A new study has identified the first DNA sequence variant common in the population that is linked to an increased risk of heart failure, and appears to play a role in causing it.
"It's a kidney gene. This protein is not even expressed in the heart. Nobody has previously considered that kidney-specific gene defects might predispose you to heart failure," said Gerald W. Dorn II at Washington University School of Medicine in St. Louis.
Heart failure is diagnosed when the heart can no longer provide sufficient blood to the body.
"You've had sufficient damage to your heart that it doesn't work very well. You collect fluid in your lungs, you swell up, and you have trouble breathing," Dorn said.
In previous work, Dorn and colleagues used a partial genome-wide search technique to define the region of DNA in which sequence changes were associated with heart failure.
But most of these sequence changes did not code for a change in protein and appeared not to have actually caused the increased risk. Instead, they served as markers, providing clues that this portion of the genome was worth a closer look.
Dorn and his team sequenced the neighbouring gene, looking for variations in parts of the DNA sequence that do code for proteins.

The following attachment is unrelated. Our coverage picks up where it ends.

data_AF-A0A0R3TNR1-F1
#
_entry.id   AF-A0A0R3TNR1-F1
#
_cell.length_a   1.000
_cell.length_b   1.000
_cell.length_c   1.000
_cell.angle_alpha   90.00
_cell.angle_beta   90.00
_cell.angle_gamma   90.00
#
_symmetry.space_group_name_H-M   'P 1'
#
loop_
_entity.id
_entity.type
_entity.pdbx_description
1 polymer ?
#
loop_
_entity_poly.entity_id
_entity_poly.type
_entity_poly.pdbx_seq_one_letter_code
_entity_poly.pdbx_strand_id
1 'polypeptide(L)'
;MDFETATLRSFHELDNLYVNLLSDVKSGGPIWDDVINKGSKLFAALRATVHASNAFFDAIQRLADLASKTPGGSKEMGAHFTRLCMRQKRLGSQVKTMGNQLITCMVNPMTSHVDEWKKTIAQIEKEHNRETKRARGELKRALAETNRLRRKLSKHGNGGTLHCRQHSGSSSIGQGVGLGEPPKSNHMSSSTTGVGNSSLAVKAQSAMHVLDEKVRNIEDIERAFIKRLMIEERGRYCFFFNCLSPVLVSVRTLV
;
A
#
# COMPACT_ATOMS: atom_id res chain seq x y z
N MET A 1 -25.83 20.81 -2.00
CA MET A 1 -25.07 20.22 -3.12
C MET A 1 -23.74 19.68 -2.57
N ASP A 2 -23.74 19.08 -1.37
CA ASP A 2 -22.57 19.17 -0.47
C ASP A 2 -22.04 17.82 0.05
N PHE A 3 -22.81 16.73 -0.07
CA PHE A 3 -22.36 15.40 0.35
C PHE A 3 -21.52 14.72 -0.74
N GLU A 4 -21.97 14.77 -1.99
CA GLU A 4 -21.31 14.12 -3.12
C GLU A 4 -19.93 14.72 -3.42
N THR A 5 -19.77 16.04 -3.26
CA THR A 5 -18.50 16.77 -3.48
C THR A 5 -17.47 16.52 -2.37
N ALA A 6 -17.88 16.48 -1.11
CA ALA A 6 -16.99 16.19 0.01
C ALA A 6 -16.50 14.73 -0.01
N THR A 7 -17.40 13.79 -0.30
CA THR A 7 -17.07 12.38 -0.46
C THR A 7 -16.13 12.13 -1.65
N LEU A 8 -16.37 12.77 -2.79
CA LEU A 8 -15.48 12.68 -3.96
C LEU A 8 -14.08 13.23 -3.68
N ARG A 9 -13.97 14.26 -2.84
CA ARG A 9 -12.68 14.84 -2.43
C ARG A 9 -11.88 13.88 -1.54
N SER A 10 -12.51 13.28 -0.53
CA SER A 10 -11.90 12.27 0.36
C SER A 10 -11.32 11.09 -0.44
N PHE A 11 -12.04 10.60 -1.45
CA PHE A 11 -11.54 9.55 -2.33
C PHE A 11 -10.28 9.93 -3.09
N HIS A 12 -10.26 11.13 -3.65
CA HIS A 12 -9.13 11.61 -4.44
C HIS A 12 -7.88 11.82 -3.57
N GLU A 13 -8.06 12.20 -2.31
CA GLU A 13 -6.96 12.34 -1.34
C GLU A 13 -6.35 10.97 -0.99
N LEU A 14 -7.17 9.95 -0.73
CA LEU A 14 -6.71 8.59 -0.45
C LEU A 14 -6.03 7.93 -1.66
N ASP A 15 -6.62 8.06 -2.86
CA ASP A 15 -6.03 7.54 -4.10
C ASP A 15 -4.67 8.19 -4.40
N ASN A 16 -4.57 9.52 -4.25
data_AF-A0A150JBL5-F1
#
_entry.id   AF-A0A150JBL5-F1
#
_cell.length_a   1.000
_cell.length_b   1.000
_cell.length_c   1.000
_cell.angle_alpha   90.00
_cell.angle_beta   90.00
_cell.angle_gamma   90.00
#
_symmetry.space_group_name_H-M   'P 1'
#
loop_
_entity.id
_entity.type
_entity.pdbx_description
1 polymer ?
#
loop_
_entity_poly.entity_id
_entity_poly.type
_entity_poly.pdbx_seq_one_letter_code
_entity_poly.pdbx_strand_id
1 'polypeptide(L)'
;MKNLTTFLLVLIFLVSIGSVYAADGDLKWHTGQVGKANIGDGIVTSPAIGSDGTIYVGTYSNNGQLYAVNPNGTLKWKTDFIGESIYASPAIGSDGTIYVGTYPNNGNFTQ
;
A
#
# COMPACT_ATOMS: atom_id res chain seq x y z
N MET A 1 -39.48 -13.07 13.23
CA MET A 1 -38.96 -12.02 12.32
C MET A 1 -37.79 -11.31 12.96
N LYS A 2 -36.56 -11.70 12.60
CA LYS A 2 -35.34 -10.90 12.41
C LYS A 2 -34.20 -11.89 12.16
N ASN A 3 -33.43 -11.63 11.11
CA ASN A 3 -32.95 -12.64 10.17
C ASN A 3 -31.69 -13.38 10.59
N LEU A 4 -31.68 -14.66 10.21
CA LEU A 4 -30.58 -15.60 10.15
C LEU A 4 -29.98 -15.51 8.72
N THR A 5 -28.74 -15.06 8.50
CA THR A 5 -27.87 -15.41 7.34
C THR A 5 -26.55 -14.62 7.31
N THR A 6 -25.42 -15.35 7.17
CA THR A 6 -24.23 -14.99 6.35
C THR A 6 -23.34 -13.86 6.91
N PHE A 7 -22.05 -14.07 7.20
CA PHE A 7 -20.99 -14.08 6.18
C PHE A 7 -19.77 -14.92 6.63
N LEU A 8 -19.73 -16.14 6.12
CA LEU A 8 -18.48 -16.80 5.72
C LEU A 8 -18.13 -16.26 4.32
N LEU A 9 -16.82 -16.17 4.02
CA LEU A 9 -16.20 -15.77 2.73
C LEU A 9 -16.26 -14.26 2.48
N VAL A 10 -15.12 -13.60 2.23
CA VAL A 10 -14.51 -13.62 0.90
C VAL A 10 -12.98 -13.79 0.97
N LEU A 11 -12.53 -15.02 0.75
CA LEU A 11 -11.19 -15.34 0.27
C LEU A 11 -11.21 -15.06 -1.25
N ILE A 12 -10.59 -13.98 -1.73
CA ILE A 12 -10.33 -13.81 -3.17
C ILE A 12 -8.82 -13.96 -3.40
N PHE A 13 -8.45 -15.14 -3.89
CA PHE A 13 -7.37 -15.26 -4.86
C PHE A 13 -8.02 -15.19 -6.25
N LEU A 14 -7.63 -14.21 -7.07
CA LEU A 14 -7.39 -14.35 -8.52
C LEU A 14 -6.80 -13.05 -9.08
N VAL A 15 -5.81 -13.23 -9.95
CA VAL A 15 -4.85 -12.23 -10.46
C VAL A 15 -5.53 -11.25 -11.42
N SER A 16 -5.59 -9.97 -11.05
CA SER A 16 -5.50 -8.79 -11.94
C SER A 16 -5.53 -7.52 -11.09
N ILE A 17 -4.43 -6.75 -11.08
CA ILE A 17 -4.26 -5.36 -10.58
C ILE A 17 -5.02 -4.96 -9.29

They studied three groups of Caucasian patients with heart failure and found one DNA sequence variant that was common in all the groups and was actively involved in making an important protein for the body.
A single change in the DNA sequence of a gene called CLCNKA leads to a change from arginine to glycine in the 83rd amino acid of the protein. This protein makes up part of a kidney channel responsible for controlling the secretion of chloride ions into the urine, an important process in maintaining the proper balance of salt and water in the body.
That single amino acid change reduced the channel's ability to shuttle chloride ions across the cell membrane by about half. Dorn hypothesizes that a result of this reduction could be elevated levels of a hormone called renin in the blood.
Renin is produced in the kidney and is the first signal in a cascade that can damage the heart. This opens the possibility of helping people who have the variant reduce their risk of heart failure with drugs commonly used to treat high blood pressure, including ACE-inhibitors and aldosterone blockers.
"There are lots of people walking around with this variant who don't have heart failure," Dorn said.
"But we think if you have this predisposition and something else happens to you, such as developing high blood pressure or having a small heart attack, that increases your odds of developing heart failure."
The study appears Jan. 17 in The Proceedings of the National Academy of Sciences.